Is herd immunity to the new coronavirus a mirage?

Is herd immunity to the new coronavirus a mirage?

Experts are divided on the subject, and a lot depends on what is meant by herd immunity: eradication of the disease, or limited circulation enough to allow a return to yesterday's life?

(photo: Noam Galai / Getty Images) Here, it's hard to even make plans, with the vaccination campaign continuing to change on a weekly basis. But elsewhere the percentages of immunized grow exponentially, and make the debate on herd immunity ever more current. Is this a possible goal? What percentage of the population needs to be vaccinated to stop the circulation of the virus? And if we succeed, what should we do to make it last over time? Questions that for now remain unanswered, with experts divided among the most optimistic, who consider it a plausible goal already in the coming months, and those who are skeptical about the real possibilities of stemming the pandemic before a few years.

The second group certainly includes WHO researchers, who in January dampened the enthusiasm for the start of vaccinations by declaring that it will not be possible to achieve something similar to herd immunity in the course of 2021, at least globally. This is mainly due to the inability to produce enough vaccines for the entire planet in a short time. Masks and spacing could therefore continue to keep us company for many more months. The experts consulted last month by Nature in an article that lists the five reasons why herd immunity for Covid-19 could turn out to be just a chimera are also of the same opinion.

The list includes the fact that vaccines most likely do not completely prevent the transmission of the virus, the fact that vaccinations do not proceed uniformly in all countries of the world, the risk posed by variants that could bypass vaccines, the unknown factor linked to the fact that we do not know how long the immunity provided by vaccines lasts, and the danger that vaccines produce a change in the habits of the population, and that the return of risky behaviors will give new impetus to the pandemic. br>
Other experts, as we said, are more optimistic. Also because it is not certain that the effects of herd immunity will only be seen when the circulation of the virus has completely disappeared. "We are not trying to eradicate Covid-19, we are simply trying to stop the uncontrolled transmission of the virus," Dale Fisher, an infectious disease expert at the National University of Singapore, told CNBC. "In this sense, herd immunity is a possible goal".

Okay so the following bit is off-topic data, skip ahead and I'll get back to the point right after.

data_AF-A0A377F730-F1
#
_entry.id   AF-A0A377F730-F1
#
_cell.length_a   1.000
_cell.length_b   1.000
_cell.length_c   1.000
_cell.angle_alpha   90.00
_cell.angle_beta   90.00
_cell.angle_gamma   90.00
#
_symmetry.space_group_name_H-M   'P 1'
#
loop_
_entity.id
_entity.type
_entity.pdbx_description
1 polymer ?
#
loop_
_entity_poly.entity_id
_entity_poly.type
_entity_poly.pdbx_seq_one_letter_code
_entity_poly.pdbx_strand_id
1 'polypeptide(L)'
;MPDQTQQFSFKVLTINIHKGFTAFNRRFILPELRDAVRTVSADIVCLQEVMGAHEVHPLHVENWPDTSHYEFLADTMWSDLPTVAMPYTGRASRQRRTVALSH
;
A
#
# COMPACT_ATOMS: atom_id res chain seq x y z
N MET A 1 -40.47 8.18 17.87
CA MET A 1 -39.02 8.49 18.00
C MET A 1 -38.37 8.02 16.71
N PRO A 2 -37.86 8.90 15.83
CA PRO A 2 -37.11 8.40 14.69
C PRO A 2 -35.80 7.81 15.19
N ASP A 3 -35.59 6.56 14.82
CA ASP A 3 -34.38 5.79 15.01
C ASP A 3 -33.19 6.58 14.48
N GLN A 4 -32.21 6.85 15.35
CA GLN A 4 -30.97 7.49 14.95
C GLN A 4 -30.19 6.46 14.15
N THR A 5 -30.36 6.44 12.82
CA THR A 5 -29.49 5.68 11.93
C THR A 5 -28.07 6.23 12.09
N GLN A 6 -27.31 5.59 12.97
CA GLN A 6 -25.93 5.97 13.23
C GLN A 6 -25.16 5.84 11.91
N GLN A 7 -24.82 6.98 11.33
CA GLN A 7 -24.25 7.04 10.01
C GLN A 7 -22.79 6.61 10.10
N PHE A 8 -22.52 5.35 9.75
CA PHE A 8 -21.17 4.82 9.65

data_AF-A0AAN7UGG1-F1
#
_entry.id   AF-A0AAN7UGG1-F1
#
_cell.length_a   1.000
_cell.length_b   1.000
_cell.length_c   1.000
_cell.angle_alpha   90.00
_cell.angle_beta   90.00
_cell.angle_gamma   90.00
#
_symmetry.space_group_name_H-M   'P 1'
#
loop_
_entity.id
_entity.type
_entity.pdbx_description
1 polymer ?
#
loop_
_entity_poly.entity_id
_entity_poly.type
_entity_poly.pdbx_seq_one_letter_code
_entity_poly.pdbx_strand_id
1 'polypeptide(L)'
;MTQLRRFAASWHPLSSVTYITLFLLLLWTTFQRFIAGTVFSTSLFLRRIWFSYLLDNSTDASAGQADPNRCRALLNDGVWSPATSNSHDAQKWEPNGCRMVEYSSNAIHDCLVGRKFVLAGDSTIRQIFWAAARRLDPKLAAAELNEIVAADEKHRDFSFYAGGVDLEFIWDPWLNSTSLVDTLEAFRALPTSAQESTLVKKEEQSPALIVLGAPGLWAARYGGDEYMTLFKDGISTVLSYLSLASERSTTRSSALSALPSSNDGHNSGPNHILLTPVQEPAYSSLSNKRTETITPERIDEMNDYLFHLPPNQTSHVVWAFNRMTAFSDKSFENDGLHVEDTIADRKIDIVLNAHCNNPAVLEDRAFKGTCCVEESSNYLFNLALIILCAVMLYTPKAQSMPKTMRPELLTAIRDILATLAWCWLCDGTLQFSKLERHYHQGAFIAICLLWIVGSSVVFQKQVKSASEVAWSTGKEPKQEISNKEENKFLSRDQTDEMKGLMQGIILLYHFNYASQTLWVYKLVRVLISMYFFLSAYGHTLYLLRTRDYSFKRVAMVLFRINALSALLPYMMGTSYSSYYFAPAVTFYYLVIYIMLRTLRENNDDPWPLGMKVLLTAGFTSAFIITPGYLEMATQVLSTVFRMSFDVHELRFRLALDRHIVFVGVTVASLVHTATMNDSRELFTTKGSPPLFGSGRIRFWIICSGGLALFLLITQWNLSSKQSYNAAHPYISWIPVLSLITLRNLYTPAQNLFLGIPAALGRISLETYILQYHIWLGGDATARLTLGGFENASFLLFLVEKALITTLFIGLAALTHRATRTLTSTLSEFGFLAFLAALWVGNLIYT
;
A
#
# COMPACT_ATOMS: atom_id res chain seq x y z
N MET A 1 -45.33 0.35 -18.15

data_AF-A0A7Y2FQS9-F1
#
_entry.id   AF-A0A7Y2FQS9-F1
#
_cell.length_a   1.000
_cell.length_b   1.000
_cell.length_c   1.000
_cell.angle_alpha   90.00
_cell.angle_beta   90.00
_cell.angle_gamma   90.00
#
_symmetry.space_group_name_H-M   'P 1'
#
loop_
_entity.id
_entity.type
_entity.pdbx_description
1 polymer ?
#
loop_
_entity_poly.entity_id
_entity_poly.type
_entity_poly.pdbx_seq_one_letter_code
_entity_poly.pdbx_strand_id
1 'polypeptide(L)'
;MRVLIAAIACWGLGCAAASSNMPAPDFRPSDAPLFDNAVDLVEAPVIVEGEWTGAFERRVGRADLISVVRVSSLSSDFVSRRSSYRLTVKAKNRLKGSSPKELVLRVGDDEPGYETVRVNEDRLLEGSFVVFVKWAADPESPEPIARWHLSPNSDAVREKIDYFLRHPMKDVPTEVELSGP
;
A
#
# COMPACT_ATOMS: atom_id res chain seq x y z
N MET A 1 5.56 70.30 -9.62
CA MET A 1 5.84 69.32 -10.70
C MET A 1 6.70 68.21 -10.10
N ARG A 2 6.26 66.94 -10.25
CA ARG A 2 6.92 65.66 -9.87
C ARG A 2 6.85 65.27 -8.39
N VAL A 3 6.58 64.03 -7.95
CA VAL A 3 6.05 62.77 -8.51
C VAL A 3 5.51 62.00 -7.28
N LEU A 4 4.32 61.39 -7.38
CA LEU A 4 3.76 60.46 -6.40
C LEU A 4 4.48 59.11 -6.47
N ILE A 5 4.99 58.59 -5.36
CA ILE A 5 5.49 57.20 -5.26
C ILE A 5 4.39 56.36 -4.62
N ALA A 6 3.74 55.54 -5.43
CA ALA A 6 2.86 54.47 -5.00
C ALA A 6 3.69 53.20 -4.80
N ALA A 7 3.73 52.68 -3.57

Even if the virus will remain with us, in short, with a high percentage of vaccinations among the categories at risk, we could already see hospitalizations and deaths. Enough to make Covid-19 a manageable disease without the need for draconian restrictive measures like those we have been used to in the last 12 months of the pandemic. The unknowns remain many, and it is likely that in the next few years we will see pandemic regurgitation in patches. But where vaccination coverage remains high, it is likely that Covid-19 will no longer represent an insurmountable problem. "Herd immunity is not a binary phenomenon - adds Fisher - many people think that it is either obtained or not, but there are obviously many gray areas in between".

An encouraging clue, in this sense , comes from Israel, where more than 50% of the population has already been fully immunized with the vaccine. Adding to the vaccinated patients who have already contracted (and defeated) Covid, the percentage of the immune population reaches 68%, and this means that the country is one step away from the 70% of immune people that is often cited wrong or right) as a threshold for the arrival of herd immunity. The effects of vaccinations should therefore already be visible, and indeed, the available data points precisely in this direction. In fact, since the nation lifted many of the restrictions introduced to limit the spread of the virus, cases continue to decline steadily. And not only among the vaccinated, but also in children under 16, a category excluded from the vaccination campaign. This - explained to the BBC Eyal Leshem, director of the Sheba Medical Center in Tel Aviv - is an unequivocal signal that herd immunity has begun to bear the hoped-for results. } catch (er) {} Read also

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